In addition, Malhotra and Thorpe (2004)[11] proposed a radical shake up of the entire genus, splitting Trimeresurus into seven genera. Their proposed arrangement (including species described since 2004) is shown in the table below:

Genus Species included
Trimeresurus andalasensis, borneensis, brongersmai, gramineus, malabaricus, puniceus, salazar, strigatus, trigonocephalus, wiroti
Cryptelytrops albolabris, andersonii, cantori, erythrurus, fasciatus, honsonensis (Hon Son Pit Viper), insularis, kanburiensis, labialis, macrops, purpureomaculatus, rubeus, septentrionalis, venustus
Himalayophis tibetanus
Parias flavomaculatus, hageni, malcolmi, mcgregori, schultzei, sumatranus
Peltopelor macrolepis
Popeia barati, buniana, fucata, nebularis, popeiorum, sabahi
Viridovipera gumprechti, medoensis, stejnegeri, truongsonensis, vogeli, yunnanensis

This new arrangement has been followed by many,[12][13] but not all[9][14] subsequent authors.

David et al. (2011) considered some of the genera of Malhotra & Thorpe to be subgenera of the genus Trimeresurus, creating new combinations such as "Trimeresurus (Parias) flavomaculatus", "Trimeresurus (Popeia) popeiorum", "Trimeresurus (Viridovipera) stejnegeri", etc.[15]



  1. ^ a b c d McDiarmid RW, Campbell JA, Touré T (1999). Snake Species of the World: A Taxonomic and Geographic Reference, Volume 1. Washington, District of Columbia: Herpetologists' League. 511 pp. ISBN 1-893777-00-6 (series). ISBN 1-893777-01-4 (volume).
  2. ^ a b c d "Trimeresurus ". Integrated Taxonomic Information System. Retrieved 27 September 2006.
  3. ^ Mehrtens JM (1987). Living Snakes of the World in Color. New York: Sterling Publishers. 480 pp. ISBN 0-8069-6460-X.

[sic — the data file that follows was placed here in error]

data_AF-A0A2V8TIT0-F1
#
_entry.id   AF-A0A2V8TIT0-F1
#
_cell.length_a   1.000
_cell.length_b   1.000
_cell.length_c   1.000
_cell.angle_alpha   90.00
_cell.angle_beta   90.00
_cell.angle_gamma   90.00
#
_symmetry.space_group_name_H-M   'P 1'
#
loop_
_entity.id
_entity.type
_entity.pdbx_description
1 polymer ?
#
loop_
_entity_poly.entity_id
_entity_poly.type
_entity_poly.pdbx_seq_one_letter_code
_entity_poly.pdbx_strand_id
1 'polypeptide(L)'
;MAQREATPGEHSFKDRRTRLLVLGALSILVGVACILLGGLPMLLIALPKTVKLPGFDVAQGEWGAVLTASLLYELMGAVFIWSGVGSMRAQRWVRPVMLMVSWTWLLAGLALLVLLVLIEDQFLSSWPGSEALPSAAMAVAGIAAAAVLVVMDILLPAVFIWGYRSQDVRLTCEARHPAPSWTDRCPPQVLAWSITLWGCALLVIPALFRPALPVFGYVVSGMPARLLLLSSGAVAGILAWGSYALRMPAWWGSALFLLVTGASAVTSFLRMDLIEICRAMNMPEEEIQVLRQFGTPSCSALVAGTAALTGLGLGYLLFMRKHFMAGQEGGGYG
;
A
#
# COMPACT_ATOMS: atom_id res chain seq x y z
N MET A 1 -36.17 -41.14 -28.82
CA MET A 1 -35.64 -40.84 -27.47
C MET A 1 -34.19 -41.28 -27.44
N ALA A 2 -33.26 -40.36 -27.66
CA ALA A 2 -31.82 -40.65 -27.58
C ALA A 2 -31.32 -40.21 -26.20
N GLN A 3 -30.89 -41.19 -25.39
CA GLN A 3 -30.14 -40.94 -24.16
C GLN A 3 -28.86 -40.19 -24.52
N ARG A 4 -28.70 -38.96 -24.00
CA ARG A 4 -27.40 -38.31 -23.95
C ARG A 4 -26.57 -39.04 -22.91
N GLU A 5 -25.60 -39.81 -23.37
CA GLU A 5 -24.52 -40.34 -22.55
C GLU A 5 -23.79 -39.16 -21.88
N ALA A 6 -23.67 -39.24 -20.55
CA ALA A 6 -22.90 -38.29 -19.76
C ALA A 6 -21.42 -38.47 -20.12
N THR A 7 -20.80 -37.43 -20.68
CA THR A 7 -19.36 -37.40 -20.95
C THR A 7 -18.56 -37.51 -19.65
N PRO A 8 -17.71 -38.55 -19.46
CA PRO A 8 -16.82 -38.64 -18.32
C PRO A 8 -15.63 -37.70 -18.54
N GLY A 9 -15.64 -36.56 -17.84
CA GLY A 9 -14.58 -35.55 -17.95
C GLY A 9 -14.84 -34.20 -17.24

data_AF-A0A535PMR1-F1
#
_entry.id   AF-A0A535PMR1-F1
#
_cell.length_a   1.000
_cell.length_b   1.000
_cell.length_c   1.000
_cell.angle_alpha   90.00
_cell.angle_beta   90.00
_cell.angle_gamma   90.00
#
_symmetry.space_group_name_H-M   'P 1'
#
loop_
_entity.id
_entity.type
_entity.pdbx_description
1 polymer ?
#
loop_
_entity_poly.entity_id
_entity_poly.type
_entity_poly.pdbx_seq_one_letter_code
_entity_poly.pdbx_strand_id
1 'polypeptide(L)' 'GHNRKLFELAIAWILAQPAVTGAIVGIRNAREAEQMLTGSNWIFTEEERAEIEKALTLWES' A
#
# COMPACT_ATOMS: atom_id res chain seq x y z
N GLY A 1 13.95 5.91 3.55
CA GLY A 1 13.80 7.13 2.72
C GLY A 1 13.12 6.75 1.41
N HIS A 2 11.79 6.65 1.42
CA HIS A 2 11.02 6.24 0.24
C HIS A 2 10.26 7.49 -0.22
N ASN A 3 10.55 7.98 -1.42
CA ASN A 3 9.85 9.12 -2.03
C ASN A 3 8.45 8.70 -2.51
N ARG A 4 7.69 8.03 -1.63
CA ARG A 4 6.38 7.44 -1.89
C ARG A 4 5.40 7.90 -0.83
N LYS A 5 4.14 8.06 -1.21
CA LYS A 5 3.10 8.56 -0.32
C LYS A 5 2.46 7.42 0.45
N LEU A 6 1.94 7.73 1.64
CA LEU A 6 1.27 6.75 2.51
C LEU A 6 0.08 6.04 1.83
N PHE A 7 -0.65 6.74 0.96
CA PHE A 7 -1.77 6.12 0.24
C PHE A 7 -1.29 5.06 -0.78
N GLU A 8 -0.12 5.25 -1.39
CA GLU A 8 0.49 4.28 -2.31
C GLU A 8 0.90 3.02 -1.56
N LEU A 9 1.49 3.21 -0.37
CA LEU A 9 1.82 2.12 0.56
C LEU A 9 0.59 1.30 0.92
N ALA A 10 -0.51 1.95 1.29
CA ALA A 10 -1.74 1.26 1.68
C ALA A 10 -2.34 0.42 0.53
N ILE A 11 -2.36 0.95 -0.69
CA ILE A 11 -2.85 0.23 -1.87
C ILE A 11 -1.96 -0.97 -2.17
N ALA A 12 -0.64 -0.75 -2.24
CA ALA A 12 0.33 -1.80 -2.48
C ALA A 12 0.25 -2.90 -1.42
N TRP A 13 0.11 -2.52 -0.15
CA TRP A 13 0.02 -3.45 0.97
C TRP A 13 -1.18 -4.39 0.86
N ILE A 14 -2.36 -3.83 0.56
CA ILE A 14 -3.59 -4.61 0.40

4. ^ United States Navy (1991). Poisonous Snakes of the World. New York: U.S. Government / Dover Publications Inc. 203 pp. ISBN 0-486-26629-X.
  5. ^ Gumprecht A, Tillack F, Orlov NL, Captain A, Ryabov S (2004). Asian Pitvipers. First Edition. Berlin: GeitjeBooks. 368 pp. ISBN 3-937975-00-4.
  6. ^ Chandramouli, S. R.; Campbell, Patrick D.; Vogel, Gernot (1 November 2020). "A new species of green pit viper of the genus TrimeresurusLacépède, 1804 (Reptilia: Serpentes: Viperidae) from the Nicobar Archipelago, Indian Ocean" (PDF). Amphibian & Reptile Conservation. 14 (3): 169–176. Retrieved 9 November 2020.
  7. ^ Sumontha M, Kunya K, Pauwels OSG, Nitikul A, Punnadee S (2011). "Trimeresurus (Popeia) phuketensis, a New Pitviper (Squamata: Viperidae) from Phuket Island, Southwestern Thailand". Russian Journal of Herpetology 18 (3): 11-17.
  8. ^ Mirza, Zeeshan A; Bhosale, Harshal S; Phansalkar, Pushkar U.; Sawant, Mandar; Gowande, Gaurang G; Patel, Harshil (15 April 2020). "A New Species of Green Pit Vipers of the Genus Trimeresurus Lacépède, 1804 (Reptilia, Serpentes, Viperidae) from western Arunachal Pradesh, India". Zoosystematics and Evolution. 96 (1): 123–138. doi:10.3897/zse.96.48431. Retrieved 24 April 2020.
  9. ^ a b Trimeresurus at the Reptile Database. Accessed 2 February 2017.
  10. ^ Kraus F, Mink DG, Brown WM (1996). "Crotaline intergeneric relationships based on mitochondrial DNA sequence data". Copeia 1996: 763-773.
  11. ^ a b Malhotra A, Thorpe RS (2004). "A phylogeny of four mitochondrial gene regions suggests a revised taxonomy for Asian pitvipers (Trimeresurus and Ovophis)". Molecular Phylogenetics and Evolution 32: 83-100.
  12. ^ a b Castoe TA, Parkinson CL (2006). "Bayesian mixed models and the phylogeny of pitvipers (Viperidae: Serpentes)". Mol. Phylogenet. Evol. 39: 91-110.
  13. ^ Grismer LL, Grismer JL, McGuire JA (2006). "A new species of pitviper of the genus Popeia (Squamata: Viperidae) from Pulau Tioman, Pahang, West Malaysia". Zootaxa 1305: 1-19.
  14. ^ Vogel G (2006). Venomous Snakes of Asia / Giftschlangen Asiens. Frankfurt am Main: Terralog, Edition Chimaira.
  15. ^ David, Patrick; Vogel, Gernot; Dubois, Alain (2011). "On the need to follow rigorously the Rules of the Code for the subsequent designation of a nucleospecies (type species) for a nominal genus which lacked one: the case of the nominal genus Trimeresurus Lacépède, 1804 (Reptilia: Squamata: Viperidae)". Zootaxa 2992: 1-51.

Further readingEdit

  • Lacépède BG (1804). "Mémoire sur plusieurs animaux de la Nouvelle-Hollande dont la description n'a pas encore été publiée ". Annales du Muséum d'Histoire Naturelle, Paris 4: 184-211. (Trimeresurus, new genus, p. 209). (in French).